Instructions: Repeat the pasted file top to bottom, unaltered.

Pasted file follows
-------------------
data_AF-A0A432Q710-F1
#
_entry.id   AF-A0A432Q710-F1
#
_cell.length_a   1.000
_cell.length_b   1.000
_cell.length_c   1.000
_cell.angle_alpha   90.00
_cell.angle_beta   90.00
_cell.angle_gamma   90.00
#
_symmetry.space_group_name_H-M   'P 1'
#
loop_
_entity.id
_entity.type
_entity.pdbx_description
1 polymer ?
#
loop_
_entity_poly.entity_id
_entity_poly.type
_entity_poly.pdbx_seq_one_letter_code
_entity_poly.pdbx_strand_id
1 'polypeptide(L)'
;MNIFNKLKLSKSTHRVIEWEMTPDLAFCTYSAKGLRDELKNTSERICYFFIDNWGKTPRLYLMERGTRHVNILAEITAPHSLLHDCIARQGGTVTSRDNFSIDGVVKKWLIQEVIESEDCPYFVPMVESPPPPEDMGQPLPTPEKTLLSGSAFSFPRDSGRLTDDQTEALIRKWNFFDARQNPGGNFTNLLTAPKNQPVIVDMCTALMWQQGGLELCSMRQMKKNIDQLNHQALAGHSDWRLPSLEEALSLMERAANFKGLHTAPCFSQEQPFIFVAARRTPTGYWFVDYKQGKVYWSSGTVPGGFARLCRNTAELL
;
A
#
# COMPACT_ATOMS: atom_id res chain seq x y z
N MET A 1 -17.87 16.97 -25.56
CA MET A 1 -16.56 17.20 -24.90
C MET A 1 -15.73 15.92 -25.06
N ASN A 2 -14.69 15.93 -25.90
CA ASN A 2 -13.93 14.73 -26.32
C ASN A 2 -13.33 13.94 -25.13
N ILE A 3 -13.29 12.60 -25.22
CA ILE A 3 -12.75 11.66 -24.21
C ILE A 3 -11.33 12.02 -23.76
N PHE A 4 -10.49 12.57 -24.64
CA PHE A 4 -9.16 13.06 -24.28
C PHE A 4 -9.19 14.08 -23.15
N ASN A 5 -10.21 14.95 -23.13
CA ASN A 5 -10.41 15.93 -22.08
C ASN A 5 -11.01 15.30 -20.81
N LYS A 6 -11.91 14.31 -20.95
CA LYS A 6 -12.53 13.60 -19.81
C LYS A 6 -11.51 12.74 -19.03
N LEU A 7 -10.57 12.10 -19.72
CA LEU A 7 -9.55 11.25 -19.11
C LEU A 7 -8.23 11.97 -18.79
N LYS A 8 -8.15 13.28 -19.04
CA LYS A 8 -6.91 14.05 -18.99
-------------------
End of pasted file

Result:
data_AF-A0A432Q710-F1
#
_entry.id   AF-A0A432Q710-F1
#
_cell.length_a   1.000
_cell.length_b   1.000
_cell.length_c   1.000
_cell.angle_alpha   90.00
_cell.angle_beta   90.00
_cell.angle_gamma   90.00
#
_symmetry.space_group_name_H-M   'P 1'
#
loop_
_entity.id
_entity.type
_entity.pdbx_description
1 polymer ?
#
loop_
_entity_poly.entity_id
_entity_poly.type
_entity_poly.pdbx_seq_one_letter_code
_entity_poly.pdbx_strand_id
1 'polypeptide(L)'
;MNIFNKLKLSKSTHRVIEWEMTPDLAFCTYSAKGLRDELKNTSERICYFFIDNWGKTPRLYLMERGTRHVNILAEITAPHSLLHDCIARQGGTVTSRDNFSIDGVVKKWLIQEVIESEDCPYFVPMVESPPPPEDMGQPLPTPEKTLLSGSAFSFPRDSGRLTDDQTEALIRKWNFFDARQNPGGNFTNLLTAPKNQPVIVDMCTALMWQQGGLELCSMRQMKKNIDQLNHQALAGHSDWRLPSLEEALSLMERAANFKGLHTAPCFSQEQPFIFVAARRTPTGYWFVDYKQGKVYWSSGTVPGGFARLCRNTAELL
;
A
#
# COMPACT_ATOMS: atom_id res chain seq x y z
N MET A 1 -17.87 16.97 -25.56
CA MET A 1 -16.56 17.20 -24.90
C MET A 1 -15.73 15.92 -25.06
N ASN A 2 -14.69 15.93 -25.90
CA ASN A 2 -13.93 14.73 -26.32
C ASN A 2 -13.33 13.94 -25.13
N ILE A 3 -13.29 12.60 -25.22
CA ILE A 3 -12.75 11.66 -24.21
C ILE A 3 -11.33 12.02 -23.76
N PHE A 4 -10.49 12.57 -24.64
CA PHE A 4 -9.16 13.06 -24.28
C PHE A 4 -9.19 14.08 -23.15
N ASN A 5 -10.21 14.95 -23.13
CA ASN A 5 -10.41 15.93 -22.08
C ASN A 5 -11.01 15.30 -20.81
N LYS A 6 -11.91 14.31 -20.95
CA LYS A 6 -12.53 13.60 -19.81
C LYS A 6 -11.51 12.74 -19.03
N LEU A 7 -10.57 12.10 -19.72
CA LEU A 7 -9.55 11.25 -19.11
C LEU A 7 -8.23 11.97 -18.79
N LYS A 8 -8.15 13.28 -19.04
CA LYS A 8 -6.91 14.05 -18.99